Climate change brings butterfly invasion

22 January 2007 | 08:08 Code : 12457 Geoscience events
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The number of butterfly and moth species migrating to Britain for the summer has....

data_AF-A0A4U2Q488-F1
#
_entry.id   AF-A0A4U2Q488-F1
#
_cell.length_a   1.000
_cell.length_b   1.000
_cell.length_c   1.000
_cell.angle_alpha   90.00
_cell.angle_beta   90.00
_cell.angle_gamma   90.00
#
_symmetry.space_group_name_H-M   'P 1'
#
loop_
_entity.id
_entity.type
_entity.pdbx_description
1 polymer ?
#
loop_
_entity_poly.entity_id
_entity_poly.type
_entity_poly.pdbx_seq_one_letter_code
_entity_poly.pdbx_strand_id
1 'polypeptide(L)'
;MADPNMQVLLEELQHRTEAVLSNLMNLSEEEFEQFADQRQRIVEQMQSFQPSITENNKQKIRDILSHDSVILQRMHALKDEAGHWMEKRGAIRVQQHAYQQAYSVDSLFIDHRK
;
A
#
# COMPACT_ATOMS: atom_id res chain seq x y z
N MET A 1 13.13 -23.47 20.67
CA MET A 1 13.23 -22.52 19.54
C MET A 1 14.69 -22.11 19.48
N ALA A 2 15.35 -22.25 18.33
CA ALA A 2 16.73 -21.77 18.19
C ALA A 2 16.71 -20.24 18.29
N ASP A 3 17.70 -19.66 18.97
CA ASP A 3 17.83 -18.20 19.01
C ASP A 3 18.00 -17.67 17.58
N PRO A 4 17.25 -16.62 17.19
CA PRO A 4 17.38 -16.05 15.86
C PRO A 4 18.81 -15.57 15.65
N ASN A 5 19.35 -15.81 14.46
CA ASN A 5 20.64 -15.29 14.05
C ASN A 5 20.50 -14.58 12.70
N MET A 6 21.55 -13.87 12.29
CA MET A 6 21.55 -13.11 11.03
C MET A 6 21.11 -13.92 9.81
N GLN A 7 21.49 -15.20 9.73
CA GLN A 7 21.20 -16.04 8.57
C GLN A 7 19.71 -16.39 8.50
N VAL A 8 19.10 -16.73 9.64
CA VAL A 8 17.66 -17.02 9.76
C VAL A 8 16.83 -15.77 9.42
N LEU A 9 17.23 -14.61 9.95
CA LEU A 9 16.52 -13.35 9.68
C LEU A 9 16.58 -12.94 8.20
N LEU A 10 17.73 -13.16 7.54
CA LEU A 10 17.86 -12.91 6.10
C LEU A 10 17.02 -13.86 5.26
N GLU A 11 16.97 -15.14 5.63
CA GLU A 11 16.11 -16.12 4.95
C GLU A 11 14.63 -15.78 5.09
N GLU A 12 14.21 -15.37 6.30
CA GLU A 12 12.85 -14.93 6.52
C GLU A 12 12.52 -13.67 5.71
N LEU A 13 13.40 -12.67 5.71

The number of butterfly and moth species migrating to Britain for the summer has increased fourfold in the past 25 years, researchers have found. With each degree of temperature rise resulting from global warming, 14 extra species can be expected to cross the English Channel in search of new breeding territory. Many will end up staying permanently — as 89 species of moth have already done over the past century — rather than migrate annually. But while some visitors may be a delight to the eye, there are fears that they could drive out native species and bring disease with them. Butterflies and moths represent only a small proportion of the insect immigrants, said Tim Sparks, of the Centre for Ecology and Hydrology in Monks Wood, Cambridgeshire, who led the study. Others that could arrive here include malaria- carrying mosquitoes. “Insect migration is a topic of great importance. It has implications for human health and agrarian economics, as well as conservation,” Dr Sparks and his team of researchers report in the European Journal of Entomology. “Migratory species may be among the most adaptable. For this reason they may represent a competitive threat to resident species, which typically have lower mobility and are more specialised in habitat requirements. They introduce species hosting infections and disease to new regions. They can also have a serious impact on essential crops and garden plants.” The study analysed records of lepidoptera seen since 1982 at the Portland Bird Observatory in Dorset, and found that the average number of migrant species has increased from ten to forty a year. Seventy-five types of butterfly and moth are known to migrate to Britain, though only two — the convolvulus hawk moth and the dark sword-grass moth — are seen every year.Frequently visiting butterflies include clouded yellows, red admirals and painted ladies. The first two are still regarded as migrant species, despite some limited over- wintering in Britain. Long-tailed blues and the monarch are among the rarer visitors. Migrant moths include the hummingbird hawk moth, the hoary footman and the small thistle. Some are pests, including the gypsy moth, whose caterpillars can devastate forests by stripping trees of their leaves. Dr Sparks said: “This report confirms what we have been anticipating; that Britain will gain an increasing number of migrant insects from southern Europe as the climate warms.“We have plenty of evidence for changing migration patterns in birds, and now, for the first time, we have confirmed similar patterns for this important group of insects. The possible consequences . . . require immediate attention.

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